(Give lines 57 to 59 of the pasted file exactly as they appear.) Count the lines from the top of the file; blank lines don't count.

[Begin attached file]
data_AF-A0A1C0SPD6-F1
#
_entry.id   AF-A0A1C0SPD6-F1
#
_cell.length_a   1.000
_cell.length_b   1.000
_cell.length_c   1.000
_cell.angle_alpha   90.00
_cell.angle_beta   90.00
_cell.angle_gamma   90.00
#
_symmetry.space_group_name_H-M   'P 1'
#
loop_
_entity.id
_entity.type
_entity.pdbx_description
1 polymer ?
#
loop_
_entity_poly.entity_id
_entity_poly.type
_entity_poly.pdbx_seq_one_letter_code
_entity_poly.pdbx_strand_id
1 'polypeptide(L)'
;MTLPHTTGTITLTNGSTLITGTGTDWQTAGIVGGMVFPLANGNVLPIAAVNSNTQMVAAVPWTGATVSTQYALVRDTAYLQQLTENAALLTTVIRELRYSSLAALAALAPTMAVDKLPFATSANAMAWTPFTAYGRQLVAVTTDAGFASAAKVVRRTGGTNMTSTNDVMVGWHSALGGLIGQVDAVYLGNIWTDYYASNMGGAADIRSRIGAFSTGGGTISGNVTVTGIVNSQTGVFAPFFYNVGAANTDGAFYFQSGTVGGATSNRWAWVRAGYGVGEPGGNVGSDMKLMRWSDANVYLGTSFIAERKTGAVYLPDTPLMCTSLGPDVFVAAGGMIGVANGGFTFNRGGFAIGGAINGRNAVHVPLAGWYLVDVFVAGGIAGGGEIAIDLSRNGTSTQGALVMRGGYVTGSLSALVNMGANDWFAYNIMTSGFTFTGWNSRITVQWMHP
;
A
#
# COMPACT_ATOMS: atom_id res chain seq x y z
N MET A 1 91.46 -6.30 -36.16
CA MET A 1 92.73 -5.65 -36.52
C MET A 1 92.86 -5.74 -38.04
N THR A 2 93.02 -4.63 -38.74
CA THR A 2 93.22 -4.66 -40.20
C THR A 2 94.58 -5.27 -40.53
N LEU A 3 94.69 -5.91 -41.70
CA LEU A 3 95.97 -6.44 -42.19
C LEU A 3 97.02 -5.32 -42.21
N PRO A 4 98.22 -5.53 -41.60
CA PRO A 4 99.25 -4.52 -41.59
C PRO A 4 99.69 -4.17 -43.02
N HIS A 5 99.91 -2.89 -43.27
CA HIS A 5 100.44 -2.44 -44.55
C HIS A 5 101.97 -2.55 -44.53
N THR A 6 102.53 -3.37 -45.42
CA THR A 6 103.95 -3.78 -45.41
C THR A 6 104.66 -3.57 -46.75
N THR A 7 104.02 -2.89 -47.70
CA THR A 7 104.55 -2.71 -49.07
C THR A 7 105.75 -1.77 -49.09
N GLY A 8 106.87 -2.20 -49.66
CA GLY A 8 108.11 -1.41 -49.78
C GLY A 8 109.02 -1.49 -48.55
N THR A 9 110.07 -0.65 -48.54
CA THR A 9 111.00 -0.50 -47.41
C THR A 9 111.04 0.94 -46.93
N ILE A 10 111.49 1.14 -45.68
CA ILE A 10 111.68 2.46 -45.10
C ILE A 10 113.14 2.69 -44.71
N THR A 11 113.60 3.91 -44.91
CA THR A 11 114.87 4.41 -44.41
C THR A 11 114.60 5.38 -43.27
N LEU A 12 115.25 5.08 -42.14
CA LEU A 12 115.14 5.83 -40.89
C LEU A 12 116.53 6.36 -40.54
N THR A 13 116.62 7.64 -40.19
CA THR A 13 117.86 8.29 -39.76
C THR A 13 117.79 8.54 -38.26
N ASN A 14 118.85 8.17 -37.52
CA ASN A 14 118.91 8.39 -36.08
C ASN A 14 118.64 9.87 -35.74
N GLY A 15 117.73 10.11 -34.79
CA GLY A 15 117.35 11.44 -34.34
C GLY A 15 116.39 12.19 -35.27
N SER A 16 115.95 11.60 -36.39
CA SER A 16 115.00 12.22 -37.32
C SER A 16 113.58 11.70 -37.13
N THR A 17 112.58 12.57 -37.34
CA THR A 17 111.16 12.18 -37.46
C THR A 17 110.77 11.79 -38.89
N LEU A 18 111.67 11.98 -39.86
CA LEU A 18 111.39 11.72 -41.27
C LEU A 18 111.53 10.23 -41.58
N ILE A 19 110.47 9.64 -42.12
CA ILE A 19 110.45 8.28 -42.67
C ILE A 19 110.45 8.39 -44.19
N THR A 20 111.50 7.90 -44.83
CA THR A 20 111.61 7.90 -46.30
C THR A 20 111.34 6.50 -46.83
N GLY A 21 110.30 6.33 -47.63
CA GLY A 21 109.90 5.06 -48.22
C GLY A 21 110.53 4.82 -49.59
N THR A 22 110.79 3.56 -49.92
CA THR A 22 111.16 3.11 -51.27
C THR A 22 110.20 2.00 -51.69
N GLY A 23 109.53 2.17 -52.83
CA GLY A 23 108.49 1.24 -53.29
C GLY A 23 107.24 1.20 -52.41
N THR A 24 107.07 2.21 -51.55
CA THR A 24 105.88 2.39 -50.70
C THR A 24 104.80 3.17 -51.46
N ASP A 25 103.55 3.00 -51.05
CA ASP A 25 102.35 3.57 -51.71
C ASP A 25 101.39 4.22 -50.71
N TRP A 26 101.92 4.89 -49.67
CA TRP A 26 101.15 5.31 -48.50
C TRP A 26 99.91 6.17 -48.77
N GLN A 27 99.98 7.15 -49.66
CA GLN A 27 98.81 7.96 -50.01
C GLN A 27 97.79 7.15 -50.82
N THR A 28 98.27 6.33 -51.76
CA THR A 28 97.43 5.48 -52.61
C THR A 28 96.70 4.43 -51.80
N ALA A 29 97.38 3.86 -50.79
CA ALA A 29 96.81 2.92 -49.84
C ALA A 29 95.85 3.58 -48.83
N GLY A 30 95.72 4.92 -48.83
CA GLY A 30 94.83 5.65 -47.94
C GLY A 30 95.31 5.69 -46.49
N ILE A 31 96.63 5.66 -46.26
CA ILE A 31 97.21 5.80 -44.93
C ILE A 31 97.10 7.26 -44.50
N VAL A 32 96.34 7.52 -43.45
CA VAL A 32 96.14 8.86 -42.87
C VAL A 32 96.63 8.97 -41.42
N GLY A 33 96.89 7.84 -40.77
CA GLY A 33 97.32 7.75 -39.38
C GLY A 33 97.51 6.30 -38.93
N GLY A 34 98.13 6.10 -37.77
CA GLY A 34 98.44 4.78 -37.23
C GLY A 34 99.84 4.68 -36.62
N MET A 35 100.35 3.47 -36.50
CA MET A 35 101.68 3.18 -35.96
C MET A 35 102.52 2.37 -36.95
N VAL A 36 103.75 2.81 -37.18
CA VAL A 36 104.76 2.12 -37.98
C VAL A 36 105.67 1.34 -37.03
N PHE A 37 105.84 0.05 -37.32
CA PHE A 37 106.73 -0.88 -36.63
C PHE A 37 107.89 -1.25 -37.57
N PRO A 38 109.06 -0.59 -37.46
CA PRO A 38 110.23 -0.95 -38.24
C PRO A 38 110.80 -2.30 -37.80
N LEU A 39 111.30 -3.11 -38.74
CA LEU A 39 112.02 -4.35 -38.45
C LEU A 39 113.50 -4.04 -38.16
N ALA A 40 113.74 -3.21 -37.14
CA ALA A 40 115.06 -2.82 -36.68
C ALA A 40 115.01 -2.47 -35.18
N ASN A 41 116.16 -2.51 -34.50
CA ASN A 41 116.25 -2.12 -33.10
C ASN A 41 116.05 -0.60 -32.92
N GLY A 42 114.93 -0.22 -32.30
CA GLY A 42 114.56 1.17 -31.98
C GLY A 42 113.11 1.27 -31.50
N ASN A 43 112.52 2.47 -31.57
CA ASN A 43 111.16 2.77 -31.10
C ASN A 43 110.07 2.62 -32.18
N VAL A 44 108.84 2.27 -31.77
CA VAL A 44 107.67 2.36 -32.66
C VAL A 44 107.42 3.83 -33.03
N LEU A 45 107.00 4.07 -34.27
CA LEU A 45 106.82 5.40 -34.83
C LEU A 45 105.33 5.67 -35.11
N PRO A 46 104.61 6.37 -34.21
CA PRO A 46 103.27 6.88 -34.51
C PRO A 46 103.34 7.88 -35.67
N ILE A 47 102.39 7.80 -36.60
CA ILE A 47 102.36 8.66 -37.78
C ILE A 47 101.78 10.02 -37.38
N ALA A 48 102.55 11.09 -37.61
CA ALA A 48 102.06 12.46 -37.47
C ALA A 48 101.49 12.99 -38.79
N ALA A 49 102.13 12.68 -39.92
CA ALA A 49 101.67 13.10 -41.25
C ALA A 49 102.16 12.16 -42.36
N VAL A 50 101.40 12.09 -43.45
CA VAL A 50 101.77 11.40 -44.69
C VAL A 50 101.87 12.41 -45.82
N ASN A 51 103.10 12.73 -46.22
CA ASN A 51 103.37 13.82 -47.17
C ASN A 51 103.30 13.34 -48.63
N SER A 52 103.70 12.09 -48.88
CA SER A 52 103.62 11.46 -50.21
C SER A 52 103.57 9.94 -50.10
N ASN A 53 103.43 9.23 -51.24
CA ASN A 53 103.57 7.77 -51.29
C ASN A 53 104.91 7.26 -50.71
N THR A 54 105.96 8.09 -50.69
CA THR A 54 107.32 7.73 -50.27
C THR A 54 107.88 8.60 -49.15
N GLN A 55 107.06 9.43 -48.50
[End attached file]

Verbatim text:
C THR A 9 111.04 0.94 -46.93
N ILE A 10 111.49 1.14 -45.68
CA ILE A 10 111.68 2.46 -45.10